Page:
Concerns are mounting at the increasing loss of economically important native and introduced UK tree species to fungal diseases. Key examples are ash dieback in European ash and red band needle blight in Scots pine from the respective fungal disease causing ascomycetes, Chalara fraxinea and Dothistroma septosporum. Identification of disease resistant genotypes are now being prioritised for future propagation in forest nurseries. Current silvicultural practices involving NPK fertiliser and pesticide application can be counter-productive with regard to the wider environment and ecosystem services.
We report on a three-year pilot project targeting low-input production of Scots pine seedlings in nursery beds amended with factorial combinations of spent compost, bark or the ectomycorrhizal fungus Suillus bovinus. Seedlings grown in un-amended nursery beds and under standard nursery practice served as controls. Improved rooting and weed control in the organic amended treatments after 2 year’s growth highlighted short-term nursery and potential longer-term out-planting benefits in afforestation. Soil samples were taken for genetic analyses from all nursery treatments and a local clear-cut site transplanted with nursery test and control seedlings. DNA extracted from soil was subjected to high-throughput sequencing of a phylogenetically informative rRNA gene sequence (ITS), enabling characterisation of the soil fungal community (mycobiome). Multivariate analyses of the mycobiome highlighted clear community differences between standard practice and organic amendments which were intermediate to clear-cut forest soil previously supporting Corsican pine.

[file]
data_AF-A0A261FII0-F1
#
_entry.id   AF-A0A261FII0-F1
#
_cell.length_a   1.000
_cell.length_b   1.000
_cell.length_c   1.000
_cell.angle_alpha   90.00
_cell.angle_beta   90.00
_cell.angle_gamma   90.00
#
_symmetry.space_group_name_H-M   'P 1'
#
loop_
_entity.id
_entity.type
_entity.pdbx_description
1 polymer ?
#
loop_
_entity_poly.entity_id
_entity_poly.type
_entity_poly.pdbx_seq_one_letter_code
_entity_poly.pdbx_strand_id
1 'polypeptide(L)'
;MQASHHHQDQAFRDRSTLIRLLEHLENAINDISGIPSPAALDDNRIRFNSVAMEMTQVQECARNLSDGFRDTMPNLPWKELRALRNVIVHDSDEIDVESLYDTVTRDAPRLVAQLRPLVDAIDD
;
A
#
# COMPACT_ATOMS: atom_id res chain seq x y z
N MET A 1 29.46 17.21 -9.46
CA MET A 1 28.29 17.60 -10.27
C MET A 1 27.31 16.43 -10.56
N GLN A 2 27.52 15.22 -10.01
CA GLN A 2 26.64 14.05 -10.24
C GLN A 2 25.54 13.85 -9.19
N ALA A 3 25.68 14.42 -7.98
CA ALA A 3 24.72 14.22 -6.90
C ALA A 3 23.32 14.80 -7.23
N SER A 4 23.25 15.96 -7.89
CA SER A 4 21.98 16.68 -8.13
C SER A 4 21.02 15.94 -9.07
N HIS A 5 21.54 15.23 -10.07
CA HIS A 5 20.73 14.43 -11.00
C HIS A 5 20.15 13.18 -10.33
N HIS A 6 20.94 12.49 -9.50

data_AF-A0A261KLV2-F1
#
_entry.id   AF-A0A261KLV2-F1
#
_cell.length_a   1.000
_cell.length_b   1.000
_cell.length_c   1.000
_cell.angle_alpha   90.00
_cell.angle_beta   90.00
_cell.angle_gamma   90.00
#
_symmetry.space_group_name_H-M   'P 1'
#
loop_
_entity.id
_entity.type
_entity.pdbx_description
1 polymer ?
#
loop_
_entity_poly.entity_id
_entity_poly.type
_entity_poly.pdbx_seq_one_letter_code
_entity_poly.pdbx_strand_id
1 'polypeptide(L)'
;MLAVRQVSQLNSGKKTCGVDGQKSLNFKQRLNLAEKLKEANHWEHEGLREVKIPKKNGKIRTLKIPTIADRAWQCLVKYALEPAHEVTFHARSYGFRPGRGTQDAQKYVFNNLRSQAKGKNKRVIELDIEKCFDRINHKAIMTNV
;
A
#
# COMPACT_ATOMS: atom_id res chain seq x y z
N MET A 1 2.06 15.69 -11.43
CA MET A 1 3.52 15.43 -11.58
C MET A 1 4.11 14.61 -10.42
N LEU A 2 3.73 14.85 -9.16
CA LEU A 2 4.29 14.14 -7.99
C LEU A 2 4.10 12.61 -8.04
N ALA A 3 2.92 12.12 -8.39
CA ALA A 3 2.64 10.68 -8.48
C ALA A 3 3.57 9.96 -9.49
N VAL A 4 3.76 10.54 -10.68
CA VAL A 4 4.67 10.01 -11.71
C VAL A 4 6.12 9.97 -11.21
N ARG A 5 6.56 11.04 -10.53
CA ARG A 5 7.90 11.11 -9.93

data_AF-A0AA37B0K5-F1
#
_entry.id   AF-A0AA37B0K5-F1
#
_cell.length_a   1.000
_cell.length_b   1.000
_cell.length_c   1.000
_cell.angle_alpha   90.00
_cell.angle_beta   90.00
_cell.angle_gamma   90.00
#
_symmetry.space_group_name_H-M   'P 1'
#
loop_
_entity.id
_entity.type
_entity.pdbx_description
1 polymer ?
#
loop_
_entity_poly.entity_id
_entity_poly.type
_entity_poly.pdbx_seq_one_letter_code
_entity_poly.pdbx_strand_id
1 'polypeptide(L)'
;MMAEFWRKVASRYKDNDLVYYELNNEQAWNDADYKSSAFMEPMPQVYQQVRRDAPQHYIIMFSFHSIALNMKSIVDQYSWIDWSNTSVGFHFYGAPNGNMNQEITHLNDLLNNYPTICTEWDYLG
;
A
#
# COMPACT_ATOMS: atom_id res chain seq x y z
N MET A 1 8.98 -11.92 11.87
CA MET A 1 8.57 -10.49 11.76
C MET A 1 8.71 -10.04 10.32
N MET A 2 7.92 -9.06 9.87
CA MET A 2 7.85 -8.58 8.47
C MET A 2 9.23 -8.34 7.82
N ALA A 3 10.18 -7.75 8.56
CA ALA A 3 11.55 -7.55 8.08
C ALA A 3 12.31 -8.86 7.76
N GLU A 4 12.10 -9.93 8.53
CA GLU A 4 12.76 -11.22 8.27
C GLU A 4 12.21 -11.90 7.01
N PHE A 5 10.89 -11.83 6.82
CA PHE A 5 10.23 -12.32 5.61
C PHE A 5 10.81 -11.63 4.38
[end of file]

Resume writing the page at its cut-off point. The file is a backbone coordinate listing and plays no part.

Fungal representation with respect to both beneficial and pathogenic species in the different treatment-specific mycobiomes will be discussed in relation to vegetation development (i.e. target vs. non-target plant communities) and soil edaphic factors. Potential mycorrhizal biocontrol of D. septosporum disease in Scots pine is also being monitored following recent identification of heightened systemic immunity from symbiotic root colonization by related ascomycete species.
Funded by Manchester Metropolitan University and Forestry Commission, Delamere.